Yes! I mean, my brother wanted to go into art too. But he got brainwashed and applied for Medicine and Econ and what not. When [it was] my turn, I was already prepared to face a similar scenario. My dad took me to a lot of educationists and artists and art teachers who discouraged me from taking up th[e] subject. And this was when I was thinking of taking art for my O- / A-levels! So you can only imagine what they mustâ€™ve felt like when I told them I want to go to an art school for my Bachelors. They seemed fine with me applying for architecture, more so than they were with Fine Arts. But eventually they realized that Iâ€™m not my brother (laughs), Iâ€™m quite stubborn that way. Itâ€™s my way or the highway. Eventually my dad came to terms with it and said â€œIâ€™m fine with whatever you do, as long as you excel in it and make us proud.â€ Interestingly, they were the ones who sent me to drawing teachers and what not in my infancy, only so I could be pushed into taking an interest in it and they were the ones who lost their shit when I actually wanted to pursue it further.
Why choose Indus Valley? Would you have preferred to go to NCA instead?
I actually wouldâ€™ve preferred to go abroad instead. But that didnâ€™t work out. Letâ€™s not forget that I was initially applying for Architecture. And the feedback I got was Indus Valley (IVS) was a better option for Architecture. But Iâ€™m quite glad IVS happened, because thatâ€™s how the switch came about. I mean, what if I were stuck right now in some US school making plans on CAD and what not?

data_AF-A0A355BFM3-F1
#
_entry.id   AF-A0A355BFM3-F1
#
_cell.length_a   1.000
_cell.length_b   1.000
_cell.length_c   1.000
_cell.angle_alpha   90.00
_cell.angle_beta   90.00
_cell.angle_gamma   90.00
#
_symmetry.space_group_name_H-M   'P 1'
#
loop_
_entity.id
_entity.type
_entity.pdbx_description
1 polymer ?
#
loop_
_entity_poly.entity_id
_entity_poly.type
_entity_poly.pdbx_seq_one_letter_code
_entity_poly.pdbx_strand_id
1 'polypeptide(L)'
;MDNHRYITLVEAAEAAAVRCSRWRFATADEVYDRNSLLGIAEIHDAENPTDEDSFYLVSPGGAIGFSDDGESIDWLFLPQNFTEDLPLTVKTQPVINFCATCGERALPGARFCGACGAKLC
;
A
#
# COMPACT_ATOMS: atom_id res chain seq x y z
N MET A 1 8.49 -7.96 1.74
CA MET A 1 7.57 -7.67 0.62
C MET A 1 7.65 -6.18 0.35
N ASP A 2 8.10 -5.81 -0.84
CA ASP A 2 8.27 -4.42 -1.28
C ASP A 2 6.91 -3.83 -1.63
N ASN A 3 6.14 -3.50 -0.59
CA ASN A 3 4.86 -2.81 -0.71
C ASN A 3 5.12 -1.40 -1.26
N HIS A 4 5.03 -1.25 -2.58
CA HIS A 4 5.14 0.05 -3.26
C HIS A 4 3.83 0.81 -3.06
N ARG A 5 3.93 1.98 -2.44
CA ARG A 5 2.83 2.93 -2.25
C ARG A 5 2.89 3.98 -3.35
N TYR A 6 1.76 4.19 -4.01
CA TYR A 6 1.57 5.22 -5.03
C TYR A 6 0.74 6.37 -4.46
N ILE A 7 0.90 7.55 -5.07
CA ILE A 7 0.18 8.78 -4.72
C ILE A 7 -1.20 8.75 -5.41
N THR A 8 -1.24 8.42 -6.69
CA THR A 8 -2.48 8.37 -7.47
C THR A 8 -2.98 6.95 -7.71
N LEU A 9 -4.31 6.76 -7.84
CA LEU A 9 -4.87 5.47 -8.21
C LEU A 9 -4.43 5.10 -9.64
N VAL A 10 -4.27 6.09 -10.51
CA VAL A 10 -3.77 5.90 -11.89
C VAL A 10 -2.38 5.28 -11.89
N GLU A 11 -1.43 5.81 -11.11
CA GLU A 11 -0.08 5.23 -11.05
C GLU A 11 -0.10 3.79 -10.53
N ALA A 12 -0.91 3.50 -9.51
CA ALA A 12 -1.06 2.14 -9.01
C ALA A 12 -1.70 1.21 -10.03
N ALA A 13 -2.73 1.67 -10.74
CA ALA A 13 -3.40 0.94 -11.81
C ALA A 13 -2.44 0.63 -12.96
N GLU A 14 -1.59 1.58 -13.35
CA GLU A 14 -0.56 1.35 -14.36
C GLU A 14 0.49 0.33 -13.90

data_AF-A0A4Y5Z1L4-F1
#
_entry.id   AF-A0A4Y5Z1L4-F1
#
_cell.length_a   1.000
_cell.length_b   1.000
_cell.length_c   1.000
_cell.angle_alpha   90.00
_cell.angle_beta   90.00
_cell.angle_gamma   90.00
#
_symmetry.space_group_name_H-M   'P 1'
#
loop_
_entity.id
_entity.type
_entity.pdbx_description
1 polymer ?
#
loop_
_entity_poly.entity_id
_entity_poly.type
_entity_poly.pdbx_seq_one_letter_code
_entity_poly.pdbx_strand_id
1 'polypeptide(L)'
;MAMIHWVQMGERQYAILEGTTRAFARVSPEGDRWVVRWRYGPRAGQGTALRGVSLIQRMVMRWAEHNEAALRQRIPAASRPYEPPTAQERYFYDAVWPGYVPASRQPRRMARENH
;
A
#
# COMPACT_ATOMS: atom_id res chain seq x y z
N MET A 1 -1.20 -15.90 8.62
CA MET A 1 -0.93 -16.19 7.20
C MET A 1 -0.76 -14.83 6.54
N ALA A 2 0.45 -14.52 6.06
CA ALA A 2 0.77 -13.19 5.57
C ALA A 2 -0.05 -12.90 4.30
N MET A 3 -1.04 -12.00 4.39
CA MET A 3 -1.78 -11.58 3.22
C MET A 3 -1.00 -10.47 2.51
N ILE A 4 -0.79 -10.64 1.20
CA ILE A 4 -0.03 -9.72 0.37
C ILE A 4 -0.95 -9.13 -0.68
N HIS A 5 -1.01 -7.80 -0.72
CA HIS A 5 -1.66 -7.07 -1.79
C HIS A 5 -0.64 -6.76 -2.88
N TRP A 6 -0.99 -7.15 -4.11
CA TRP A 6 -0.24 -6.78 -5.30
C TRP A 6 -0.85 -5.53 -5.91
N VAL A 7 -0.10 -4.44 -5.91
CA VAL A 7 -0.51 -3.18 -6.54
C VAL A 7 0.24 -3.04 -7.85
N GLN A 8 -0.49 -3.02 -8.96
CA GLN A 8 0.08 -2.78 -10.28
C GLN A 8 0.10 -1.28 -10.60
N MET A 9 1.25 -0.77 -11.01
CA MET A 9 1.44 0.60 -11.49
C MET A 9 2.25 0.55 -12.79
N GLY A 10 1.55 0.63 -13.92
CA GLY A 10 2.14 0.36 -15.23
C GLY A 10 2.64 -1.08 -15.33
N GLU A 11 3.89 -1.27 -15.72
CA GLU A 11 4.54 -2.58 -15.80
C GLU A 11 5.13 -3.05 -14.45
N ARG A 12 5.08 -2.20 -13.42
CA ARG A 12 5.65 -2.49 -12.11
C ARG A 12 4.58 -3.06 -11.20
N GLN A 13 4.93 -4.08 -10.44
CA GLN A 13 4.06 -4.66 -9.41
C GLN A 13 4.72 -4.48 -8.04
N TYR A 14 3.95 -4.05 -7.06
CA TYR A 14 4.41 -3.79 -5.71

And honestly, I feel [like] itâ€™s a wiser option for a Fine Arts student to study from here than from abroad. You can network with your future peers, your work will itself relate to the issues and culture of the society you are growing up in. You get a more hands-on experience with the local arts scene and are definitely more aware of what the practice in the industry is like, more so than someone who studied abroad and moved here. Thatâ€™s just my opinion though.
Would I have preferred to go to NCA instead? I donâ€™t know.Â I donâ€™t think so. Both institutions visibly operate with [opposite] schools of thoughts. But Iâ€™m more than happy where I am â€” fortunate, in fact. I donâ€™t like to delve into the past and think of what couldâ€™ve been. Had I been in NCA I wouldâ€™ve been asked the same about IVS… I did get into NCA for Architecture though, (smiles). I just chose not to go.
As an arts student do you feel that you are restricted in the way you express yourself in your assignments? Are the guidelines too narrow for being adventurous with your work?
Restricted? Definitely. But is that a bad thing? Not at all. You need to be trained with the skills first, [in order] to expand your boundaries and go crazy conceptually, or even in your execution. The restriction makes total sense to me. And they loosen up as you progress [by semester]. Plus, the faculty is super understanding, so if youâ€™ve got an idea or if you do feel youâ€™re being restricted in some area, you can walk up to them and discuss it without hesitation. Theyâ€™re all ears.